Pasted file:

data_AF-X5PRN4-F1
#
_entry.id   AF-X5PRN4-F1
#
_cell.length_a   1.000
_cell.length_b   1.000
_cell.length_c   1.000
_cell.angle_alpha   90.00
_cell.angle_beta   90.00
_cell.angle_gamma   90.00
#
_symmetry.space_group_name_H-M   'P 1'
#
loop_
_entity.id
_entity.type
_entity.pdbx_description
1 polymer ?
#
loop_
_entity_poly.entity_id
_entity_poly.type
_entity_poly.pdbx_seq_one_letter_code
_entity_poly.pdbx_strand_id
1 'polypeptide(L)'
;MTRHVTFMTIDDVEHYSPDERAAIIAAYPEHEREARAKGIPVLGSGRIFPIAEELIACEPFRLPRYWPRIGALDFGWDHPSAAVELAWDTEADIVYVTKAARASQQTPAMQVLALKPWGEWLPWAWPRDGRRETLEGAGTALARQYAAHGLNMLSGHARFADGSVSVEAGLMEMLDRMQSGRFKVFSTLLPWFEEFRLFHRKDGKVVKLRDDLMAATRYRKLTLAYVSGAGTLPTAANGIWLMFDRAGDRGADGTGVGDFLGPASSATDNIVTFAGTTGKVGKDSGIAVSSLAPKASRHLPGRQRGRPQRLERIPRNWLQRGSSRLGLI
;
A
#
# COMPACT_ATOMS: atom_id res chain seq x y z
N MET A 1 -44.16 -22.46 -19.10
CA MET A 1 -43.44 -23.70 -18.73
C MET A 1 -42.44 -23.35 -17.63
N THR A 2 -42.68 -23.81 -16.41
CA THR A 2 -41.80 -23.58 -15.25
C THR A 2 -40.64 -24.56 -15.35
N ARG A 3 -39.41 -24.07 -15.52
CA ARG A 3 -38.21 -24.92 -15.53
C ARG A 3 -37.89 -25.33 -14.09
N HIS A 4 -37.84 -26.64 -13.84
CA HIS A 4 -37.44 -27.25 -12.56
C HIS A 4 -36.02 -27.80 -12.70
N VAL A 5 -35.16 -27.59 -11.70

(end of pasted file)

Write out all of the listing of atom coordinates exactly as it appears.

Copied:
data_AF-X5PRN4-F1
#
_entry.id   AF-X5PRN4-F1
#
_cell.length_a   1.000
_cell.length_b   1.000
_cell.length_c   1.000
_cell.angle_alpha   90.00
_cell.angle_beta   90.00
_cell.angle_gamma   90.00
#
_symmetry.space_group_name_H-M   'P 1'
#
loop_
_entity.id
_entity.type
_entity.pdbx_description
1 polymer ?
#
loop_
_entity_poly.entity_id
_entity_poly.type
_entity_poly.pdbx_seq_one_letter_code
_entity_poly.pdbx_strand_id
1 'polypeptide(L)'
;MTRHVTFMTIDDVEHYSPDERAAIIAAYPEHEREARAKGIPVLGSGRIFPIAEELIACEPFRLPRYWPRIGALDFGWDHPSAAVELAWDTEADIVYVTKAARASQQTPAMQVLALKPWGEWLPWAWPRDGRRETLEGAGTALARQYAAHGLNMLSGHARFADGSVSVEAGLMEMLDRMQSGRFKVFSTLLPWFEEFRLFHRKDGKVVKLRDDLMAATRYRKLTLAYVSGAGTLPTAANGIWLMFDRAGDRGADGTGVGDFLGPASSATDNIVTFAGTTGKVGKDSGIAVSSLAPKASRHLPGRQRGRPQRLERIPRNWLQRGSSRLGLI
;
A
#
# COMPACT_ATOMS: atom_id res chain seq x y z
N MET A 1 -44.16 -22.46 -19.10
CA MET A 1 -43.44 -23.70 -18.73
C MET A 1 -42.44 -23.35 -17.63
N THR A 2 -42.68 -23.81 -16.41
CA THR A 2 -41.80 -23.58 -15.25
C THR A 2 -40.64 -24.56 -15.35
N ARG A 3 -39.41 -24.07 -15.52
CA ARG A 3 -38.21 -24.92 -15.53
C ARG A 3 -37.89 -25.33 -14.09
N HIS A 4 -37.84 -26.64 -13.84
CA HIS A 4 -37.44 -27.25 -12.56
C HIS A 4 -36.02 -27.80 -12.70
N VAL A 5 -35.16 -27.59 -11.70